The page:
It was a festive evening at the small Catholic college. A hearty dinner followed Mass for the feast of its patron saint. Now the students were gathered with the school's faculty and leaders for a bonfire and robust songs. The high point of the night was the piñata, which the school's director of student life hung from a hook. It was full of candy and shaped like a pig. Across it was written, "Americanism." The student life director held up a bat, and told the students, "Okay, everybody, let's SMASH Americanism!" The students lined up behind their teachers, their dean, and their college president, to smash whatever it was they thought was Americanism. (They had never been taught what Leo XIII actually meant by that word.)
At this same school, in an academic discussion, the college dean explained the greater economic success of Protestant countries that embraced capitalism (compared to agrarian Catholic nations) as the "effects of Freemasonry." The college president quickly corrected him, pointing out another critical factor: "diabolical intervention."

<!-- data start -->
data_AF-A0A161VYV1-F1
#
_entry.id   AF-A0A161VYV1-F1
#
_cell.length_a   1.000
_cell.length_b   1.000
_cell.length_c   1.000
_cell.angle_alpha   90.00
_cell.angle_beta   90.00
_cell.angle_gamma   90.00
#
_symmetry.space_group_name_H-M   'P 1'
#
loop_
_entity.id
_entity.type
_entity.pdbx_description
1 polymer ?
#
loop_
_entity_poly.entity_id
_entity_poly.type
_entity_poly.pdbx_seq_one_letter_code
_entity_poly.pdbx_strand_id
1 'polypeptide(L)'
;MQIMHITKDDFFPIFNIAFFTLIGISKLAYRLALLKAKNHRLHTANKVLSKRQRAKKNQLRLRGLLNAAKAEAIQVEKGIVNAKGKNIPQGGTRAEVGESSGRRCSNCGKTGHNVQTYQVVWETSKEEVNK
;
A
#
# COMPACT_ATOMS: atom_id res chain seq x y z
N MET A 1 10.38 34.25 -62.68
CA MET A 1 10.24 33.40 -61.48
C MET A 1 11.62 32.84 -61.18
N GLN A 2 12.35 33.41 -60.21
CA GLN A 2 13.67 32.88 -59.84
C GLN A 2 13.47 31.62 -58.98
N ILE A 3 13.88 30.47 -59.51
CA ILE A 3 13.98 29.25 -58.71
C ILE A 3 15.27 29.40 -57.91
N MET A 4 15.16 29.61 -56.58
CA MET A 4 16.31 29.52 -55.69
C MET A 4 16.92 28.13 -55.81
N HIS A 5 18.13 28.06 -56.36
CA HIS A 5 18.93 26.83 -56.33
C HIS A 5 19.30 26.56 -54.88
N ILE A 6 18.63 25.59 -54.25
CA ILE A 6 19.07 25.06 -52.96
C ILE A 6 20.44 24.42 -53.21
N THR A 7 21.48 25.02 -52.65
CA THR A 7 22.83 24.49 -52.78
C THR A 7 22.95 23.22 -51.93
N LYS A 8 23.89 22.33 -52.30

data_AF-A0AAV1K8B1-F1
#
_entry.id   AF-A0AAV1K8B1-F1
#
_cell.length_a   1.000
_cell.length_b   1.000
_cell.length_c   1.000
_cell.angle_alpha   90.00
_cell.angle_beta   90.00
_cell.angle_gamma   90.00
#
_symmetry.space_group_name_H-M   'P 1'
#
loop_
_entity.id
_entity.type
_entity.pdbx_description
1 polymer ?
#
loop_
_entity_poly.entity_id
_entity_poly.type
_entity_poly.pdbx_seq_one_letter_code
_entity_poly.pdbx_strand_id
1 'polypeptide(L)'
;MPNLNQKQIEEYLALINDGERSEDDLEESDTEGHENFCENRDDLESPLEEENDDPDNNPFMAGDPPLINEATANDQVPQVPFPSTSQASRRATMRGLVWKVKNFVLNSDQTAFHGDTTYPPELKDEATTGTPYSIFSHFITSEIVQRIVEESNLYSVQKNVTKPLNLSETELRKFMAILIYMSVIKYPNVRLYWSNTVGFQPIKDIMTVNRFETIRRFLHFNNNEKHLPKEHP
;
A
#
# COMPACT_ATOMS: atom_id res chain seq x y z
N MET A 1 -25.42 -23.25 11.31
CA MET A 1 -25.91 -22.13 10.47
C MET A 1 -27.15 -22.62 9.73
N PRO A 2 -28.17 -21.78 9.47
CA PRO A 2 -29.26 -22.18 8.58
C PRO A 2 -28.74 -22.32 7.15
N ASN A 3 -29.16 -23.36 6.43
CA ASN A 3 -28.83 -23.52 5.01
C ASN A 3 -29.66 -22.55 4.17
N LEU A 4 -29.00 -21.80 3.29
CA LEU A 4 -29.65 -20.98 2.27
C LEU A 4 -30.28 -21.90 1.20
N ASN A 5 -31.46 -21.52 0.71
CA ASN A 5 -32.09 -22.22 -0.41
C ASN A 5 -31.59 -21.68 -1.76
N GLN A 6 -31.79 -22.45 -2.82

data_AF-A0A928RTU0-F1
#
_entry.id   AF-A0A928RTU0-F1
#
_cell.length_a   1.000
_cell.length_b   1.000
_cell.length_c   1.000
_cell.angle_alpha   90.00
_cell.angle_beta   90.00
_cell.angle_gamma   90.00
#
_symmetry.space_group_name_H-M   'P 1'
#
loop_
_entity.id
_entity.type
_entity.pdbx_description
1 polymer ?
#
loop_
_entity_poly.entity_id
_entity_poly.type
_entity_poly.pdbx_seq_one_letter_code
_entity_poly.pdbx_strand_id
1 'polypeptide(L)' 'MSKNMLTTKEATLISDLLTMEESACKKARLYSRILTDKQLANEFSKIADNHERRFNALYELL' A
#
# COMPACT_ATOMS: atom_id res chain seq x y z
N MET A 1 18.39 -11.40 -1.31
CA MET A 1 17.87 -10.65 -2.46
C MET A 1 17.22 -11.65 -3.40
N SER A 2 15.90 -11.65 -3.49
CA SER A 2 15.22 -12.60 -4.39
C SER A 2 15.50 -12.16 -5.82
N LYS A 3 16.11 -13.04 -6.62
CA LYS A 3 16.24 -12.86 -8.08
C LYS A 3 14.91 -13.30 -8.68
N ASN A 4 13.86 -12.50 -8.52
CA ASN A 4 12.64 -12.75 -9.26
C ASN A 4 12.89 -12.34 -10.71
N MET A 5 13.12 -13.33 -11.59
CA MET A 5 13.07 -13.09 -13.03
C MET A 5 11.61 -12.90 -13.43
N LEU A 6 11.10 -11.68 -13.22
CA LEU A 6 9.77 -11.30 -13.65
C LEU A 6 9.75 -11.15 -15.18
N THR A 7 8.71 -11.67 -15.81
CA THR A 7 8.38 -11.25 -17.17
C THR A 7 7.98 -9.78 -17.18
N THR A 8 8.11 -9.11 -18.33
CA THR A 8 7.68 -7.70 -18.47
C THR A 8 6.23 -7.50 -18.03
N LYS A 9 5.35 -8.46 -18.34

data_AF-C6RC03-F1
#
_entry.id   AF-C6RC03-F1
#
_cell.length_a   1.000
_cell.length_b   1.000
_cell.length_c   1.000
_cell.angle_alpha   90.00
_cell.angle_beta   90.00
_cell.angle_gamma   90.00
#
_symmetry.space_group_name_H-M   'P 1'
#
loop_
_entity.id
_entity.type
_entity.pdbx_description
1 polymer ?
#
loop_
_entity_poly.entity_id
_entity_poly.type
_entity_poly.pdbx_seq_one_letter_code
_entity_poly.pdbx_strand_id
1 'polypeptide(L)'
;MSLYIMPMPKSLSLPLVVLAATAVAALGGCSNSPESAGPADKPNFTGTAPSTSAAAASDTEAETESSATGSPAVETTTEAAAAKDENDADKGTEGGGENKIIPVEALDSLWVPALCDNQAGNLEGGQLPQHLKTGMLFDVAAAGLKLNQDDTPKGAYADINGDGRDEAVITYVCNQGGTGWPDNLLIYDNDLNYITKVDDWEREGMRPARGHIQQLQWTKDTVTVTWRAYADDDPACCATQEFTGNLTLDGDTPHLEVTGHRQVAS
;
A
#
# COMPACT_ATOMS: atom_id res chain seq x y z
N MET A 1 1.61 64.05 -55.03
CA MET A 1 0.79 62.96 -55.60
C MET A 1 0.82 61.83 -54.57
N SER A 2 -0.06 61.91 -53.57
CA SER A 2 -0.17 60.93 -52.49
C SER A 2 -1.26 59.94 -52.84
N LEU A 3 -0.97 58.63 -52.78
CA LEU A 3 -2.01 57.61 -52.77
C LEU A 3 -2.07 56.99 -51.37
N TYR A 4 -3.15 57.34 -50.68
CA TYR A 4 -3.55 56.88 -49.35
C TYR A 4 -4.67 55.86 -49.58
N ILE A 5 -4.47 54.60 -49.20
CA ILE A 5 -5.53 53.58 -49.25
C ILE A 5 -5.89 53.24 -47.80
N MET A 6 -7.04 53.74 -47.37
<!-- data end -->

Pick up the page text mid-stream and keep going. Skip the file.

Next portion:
That same dean, in a conversation with me, waved off the possibility of democratic reform in America. Moral reform, he explained to me, would only come in the form of a forcible coup d'état, by which "men of virtue" would impose their will "on the people, who will fall in line when they see that they have no choice." That dean had previously criticized Franco's Spain for being too lax.
Monday, January 6, 2014
I hope the material for the "anecdotes" in John Zmirak's latest column doesn't come from his time at Thomas More: